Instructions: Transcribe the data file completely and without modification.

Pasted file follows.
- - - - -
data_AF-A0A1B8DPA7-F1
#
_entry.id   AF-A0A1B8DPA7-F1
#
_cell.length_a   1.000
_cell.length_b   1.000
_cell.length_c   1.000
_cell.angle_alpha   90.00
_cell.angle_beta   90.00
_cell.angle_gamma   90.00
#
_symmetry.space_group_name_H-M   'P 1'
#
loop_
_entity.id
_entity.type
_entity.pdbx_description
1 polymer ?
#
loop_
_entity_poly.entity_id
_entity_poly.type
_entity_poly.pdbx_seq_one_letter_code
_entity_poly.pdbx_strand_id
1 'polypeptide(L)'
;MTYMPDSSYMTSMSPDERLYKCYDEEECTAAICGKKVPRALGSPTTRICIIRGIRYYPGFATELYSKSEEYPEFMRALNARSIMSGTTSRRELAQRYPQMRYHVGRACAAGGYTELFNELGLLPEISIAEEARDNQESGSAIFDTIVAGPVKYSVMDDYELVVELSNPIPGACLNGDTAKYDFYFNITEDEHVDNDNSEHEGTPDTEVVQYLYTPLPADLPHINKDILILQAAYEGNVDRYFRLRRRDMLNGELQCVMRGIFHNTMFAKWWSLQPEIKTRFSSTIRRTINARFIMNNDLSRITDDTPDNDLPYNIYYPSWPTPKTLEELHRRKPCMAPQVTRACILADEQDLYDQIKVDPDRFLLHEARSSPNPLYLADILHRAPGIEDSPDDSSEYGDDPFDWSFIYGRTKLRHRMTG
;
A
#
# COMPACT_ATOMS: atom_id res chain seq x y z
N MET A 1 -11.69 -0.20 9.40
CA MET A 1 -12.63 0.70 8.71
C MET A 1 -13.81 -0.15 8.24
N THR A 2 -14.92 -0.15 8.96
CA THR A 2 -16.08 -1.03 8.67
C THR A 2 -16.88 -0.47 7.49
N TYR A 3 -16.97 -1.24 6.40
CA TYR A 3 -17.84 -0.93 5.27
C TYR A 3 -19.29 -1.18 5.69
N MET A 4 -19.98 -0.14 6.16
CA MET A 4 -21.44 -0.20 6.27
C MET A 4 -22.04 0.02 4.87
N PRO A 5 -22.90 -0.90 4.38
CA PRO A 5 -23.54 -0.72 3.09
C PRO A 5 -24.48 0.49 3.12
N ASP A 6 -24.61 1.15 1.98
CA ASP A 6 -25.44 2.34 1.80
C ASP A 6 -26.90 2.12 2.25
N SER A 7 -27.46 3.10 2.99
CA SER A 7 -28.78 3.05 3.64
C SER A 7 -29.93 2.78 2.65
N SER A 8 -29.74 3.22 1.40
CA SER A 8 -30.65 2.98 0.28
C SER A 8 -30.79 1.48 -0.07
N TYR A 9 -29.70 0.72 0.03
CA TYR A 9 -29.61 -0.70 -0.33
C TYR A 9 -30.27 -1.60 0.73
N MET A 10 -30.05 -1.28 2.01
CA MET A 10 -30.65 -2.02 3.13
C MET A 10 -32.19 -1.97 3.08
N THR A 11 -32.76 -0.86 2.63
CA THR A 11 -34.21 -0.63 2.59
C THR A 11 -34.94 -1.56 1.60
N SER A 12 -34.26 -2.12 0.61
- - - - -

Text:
data_AF-A0A1B8DPA7-F1
#
_entry.id   AF-A0A1B8DPA7-F1
#
_cell.length_a   1.000
_cell.length_b   1.000
_cell.length_c   1.000
_cell.angle_alpha   90.00
_cell.angle_beta   90.00
_cell.angle_gamma   90.00
#
_symmetry.space_group_name_H-M   'P 1'
#
loop_
_entity.id
_entity.type
_entity.pdbx_description
1 polymer ?
#
loop_
_entity_poly.entity_id
_entity_poly.type
_entity_poly.pdbx_seq_one_letter_code
_entity_poly.pdbx_strand_id
1 'polypeptide(L)'
;MTYMPDSSYMTSMSPDERLYKCYDEEECTAAICGKKVPRALGSPTTRICIIRGIRYYPGFATELYSKSEEYPEFMRALNARSIMSGTTSRRELAQRYPQMRYHVGRACAAGGYTELFNELGLLPEISIAEEARDNQESGSAIFDTIVAGPVKYSVMDDYELVVELSNPIPGACLNGDTAKYDFYFNITEDEHVDNDNSEHEGTPDTEVVQYLYTPLPADLPHINKDILILQAAYEGNVDRYFRLRRRDMLNGELQCVMRGIFHNTMFAKWWSLQPEIKTRFSSTIRRTINARFIMNNDLSRITDDTPDNDLPYNIYYPSWPTPKTLEELHRRKPCMAPQVTRACILADEQDLYDQIKVDPDRFLLHEARSSPNPLYLADILHRAPGIEDSPDDSSEYGDDPFDWSFIYGRTKLRHRMTG
;
A
#
# COMPACT_ATOMS: atom_id res chain seq x y z
N MET A 1 -11.69 -0.20 9.40
CA MET A 1 -12.63 0.70 8.71
C MET A 1 -13.81 -0.15 8.24
N THR A 2 -14.92 -0.15 8.96
CA THR A 2 -16.08 -1.03 8.67
C THR A 2 -16.88 -0.47 7.49
N TYR A 3 -16.97 -1.24 6.40
CA TYR A 3 -17.84 -0.93 5.27
C TYR A 3 -19.29 -1.18 5.69
N MET A 4 -19.98 -0.14 6.16
CA MET A 4 -21.44 -0.20 6.27
C MET A 4 -22.04 0.02 4.87
N PRO A 5 -22.90 -0.90 4.38
CA PRO A 5 -23.54 -0.72 3.09
C PRO A 5 -24.48 0.49 3.12
N ASP A 6 -24.61 1.15 1.98
CA ASP A 6 -25.44 2.34 1.80
C ASP A 6 -26.90 2.12 2.25
N SER A 7 -27.46 3.10 2.99
CA SER A 7 -28.78 3.05 3.64
C SER A 7 -29.93 2.78 2.65
N SER A 8 -29.74 3.22 1.40
CA SER A 8 -30.65 2.98 0.28
C SER A 8 -30.79 1.48 -0.07
N TYR A 9 -29.70 0.72 0.03
CA TYR A 9 -29.61 -0.70 -0.33
C TYR A 9 -30.27 -1.60 0.73
N MET A 10 -30.05 -1.28 2.01
CA MET A 10 -30.65 -2.02 3.13
C MET A 10 -32.19 -1.97 3.08
N THR A 11 -32.76 -0.86 2.63
CA THR A 11 -34.21 -0.63 2.59
C THR A 11 -34.94 -1.56 1.60
N SER A 12 -34.26 -2.12 0.61